Category Archives: CoP26

Open event encouraging views on Just Transition for housing

Just Transition Commission and Church groups team up to plan a socially inclusive path to net-zero for Scotland’s housing

Scotland’s Just Transition Commission, established to make recommendations to ministers on how Scotland can transition to a net-zero economy by 2045 in a way that is fair for all, has teamed up with the Methodist Church in Scotland and Eco-Congregation Scotland to host an online event on Saturday 17 October 2020, from 10am until 12.30pm.

Scotland’s ambitious climate change targets will require the housing sector to radically transform itself at a pace previously unseen. Making homes more energy efficient and heated from low carbon sources presents an opportunity to improve the quality of our housing stock, tackle fuel poverty and create jobs. Concerns have also been raised about how this is paid for, and whether the shift to net-zero in the housing sector could risk sliding more households into fuel poverty.

We have to find ways of meeting our climate targets which make lives better not worse for the least well off in our society.

Attendees to the open online discussion will hear speakers from the Just Transition Commission, Warmworks, Scottish Federation of Housing AssociationsExisting Homes Alliance Scotland and Power Circle who will share their thoughts on how we can combine meeting our climate targets with improving energy affordability and lowering fuel poverty. Discussion will then open up to all participants, able to contribute their own ideas on how Scotland can reach net-zero emissions in housing.

Just Transition Commissioner, Norrie Kerr says: “We need to put an end to fuel poverty with bold action to make people’s homes warmer and cheaper to heat. Equity considerations must be central to climate action, if we are to make the transition to net-zero in a way that improves the lives of the most vulnerable. This event will provide an opportunity to hear from experts and ordinary people on these issues and contribute ideas on how Scotland can achieve this.”

Rev Mark Slaney, Chair of the Methodist Church in Scotland, who will be chairing the event, said: “We have to find ways of meeting our climate targets which make lives better not worse for the least well off in our society. I look forward to an imaginative and stimulating discussion which will contribute both to the work of the Commission and to Scotland’s preparation for the COP26 climate summit next year.”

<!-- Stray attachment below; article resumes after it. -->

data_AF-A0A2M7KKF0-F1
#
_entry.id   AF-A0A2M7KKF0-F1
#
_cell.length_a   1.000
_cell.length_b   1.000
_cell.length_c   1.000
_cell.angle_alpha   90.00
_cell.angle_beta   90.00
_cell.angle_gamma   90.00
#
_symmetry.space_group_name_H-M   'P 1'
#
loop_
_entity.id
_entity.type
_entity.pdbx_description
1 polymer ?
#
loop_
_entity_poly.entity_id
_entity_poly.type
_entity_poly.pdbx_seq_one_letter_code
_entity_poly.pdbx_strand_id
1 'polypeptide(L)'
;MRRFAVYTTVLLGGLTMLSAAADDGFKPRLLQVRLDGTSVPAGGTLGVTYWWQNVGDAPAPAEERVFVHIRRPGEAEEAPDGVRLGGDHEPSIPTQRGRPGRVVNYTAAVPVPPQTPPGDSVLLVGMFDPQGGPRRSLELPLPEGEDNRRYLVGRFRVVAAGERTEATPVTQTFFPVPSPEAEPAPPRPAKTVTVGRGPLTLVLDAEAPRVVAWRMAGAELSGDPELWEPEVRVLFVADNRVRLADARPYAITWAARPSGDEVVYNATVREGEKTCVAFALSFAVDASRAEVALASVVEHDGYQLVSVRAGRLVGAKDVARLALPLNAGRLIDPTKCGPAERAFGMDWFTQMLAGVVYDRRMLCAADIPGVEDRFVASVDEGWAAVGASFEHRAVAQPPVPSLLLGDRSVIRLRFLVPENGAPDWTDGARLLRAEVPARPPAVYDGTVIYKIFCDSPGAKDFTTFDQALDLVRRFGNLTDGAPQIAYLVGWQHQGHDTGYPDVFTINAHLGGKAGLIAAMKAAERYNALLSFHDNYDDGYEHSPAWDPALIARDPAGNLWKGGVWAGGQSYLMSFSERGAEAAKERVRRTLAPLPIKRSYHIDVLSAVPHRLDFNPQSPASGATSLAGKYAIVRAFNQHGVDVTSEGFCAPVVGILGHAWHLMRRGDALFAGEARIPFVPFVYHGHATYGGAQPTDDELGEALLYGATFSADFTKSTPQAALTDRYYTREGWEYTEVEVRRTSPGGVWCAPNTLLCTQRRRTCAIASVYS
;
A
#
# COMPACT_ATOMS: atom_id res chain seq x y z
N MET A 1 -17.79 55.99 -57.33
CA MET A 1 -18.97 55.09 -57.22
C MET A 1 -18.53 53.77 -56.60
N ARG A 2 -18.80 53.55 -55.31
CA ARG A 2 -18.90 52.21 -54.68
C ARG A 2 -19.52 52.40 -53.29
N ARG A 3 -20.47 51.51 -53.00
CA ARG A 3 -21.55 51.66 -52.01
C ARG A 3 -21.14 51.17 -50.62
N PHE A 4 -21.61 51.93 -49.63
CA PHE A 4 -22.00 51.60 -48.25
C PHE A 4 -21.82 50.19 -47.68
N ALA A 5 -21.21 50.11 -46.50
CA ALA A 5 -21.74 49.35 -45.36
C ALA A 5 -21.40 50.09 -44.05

There is still time to register for this free event, pre-registration is highly recommended. Further information and registration can be found here: 

This event has been arranged by Stirling Methodist Church and Eco-Congregation Scotland, in collaboration with the Just Transition Commission.

Presentations will focus on the key challenge: how do we combine meeting our climate targets with improving energy affordability and lowering fuel poverty?

Speakers:

Adrian Shaw, Church of Scotland climate change officer, will also outline how churches can meet the opportunities and challenges presented by Glasgow hosting the COP26 United Nations climate talks being held in November 2021.

Eco-Congregation Scotland will be encouraging all Scottish churches to become more focused on addressing the climate crisis over the coming year. Eco-Congregation Scotland is an ecumenical environmental charity supporting over 500 local churches of all denominations across Scotland, committed to environmental activities in their life and mission, with Stirling Methodist Church one of the most active eco-congregations.

CoP26 postponed

 

 

 

 

 

Glasgow's SECC and Hydro campus will host CoP26

As a consequence of the Covid 19 pandemic, the CoP Bureau of the UNFCCC (United Nations Framework Convention on Climate Change) and the UK and Italian governments have agreed to postpone the CoP26 climate change conference, due to have been held in Glasgow in November 2020.

Responding to the news, Eco-Congregation Scotland chair Mary Sweetland said: 

"We understand absolutely the need to postpone the climate conference in the face of a dire emergency but strongly support the conference being held in Glasgow as soon as is possible in 2021."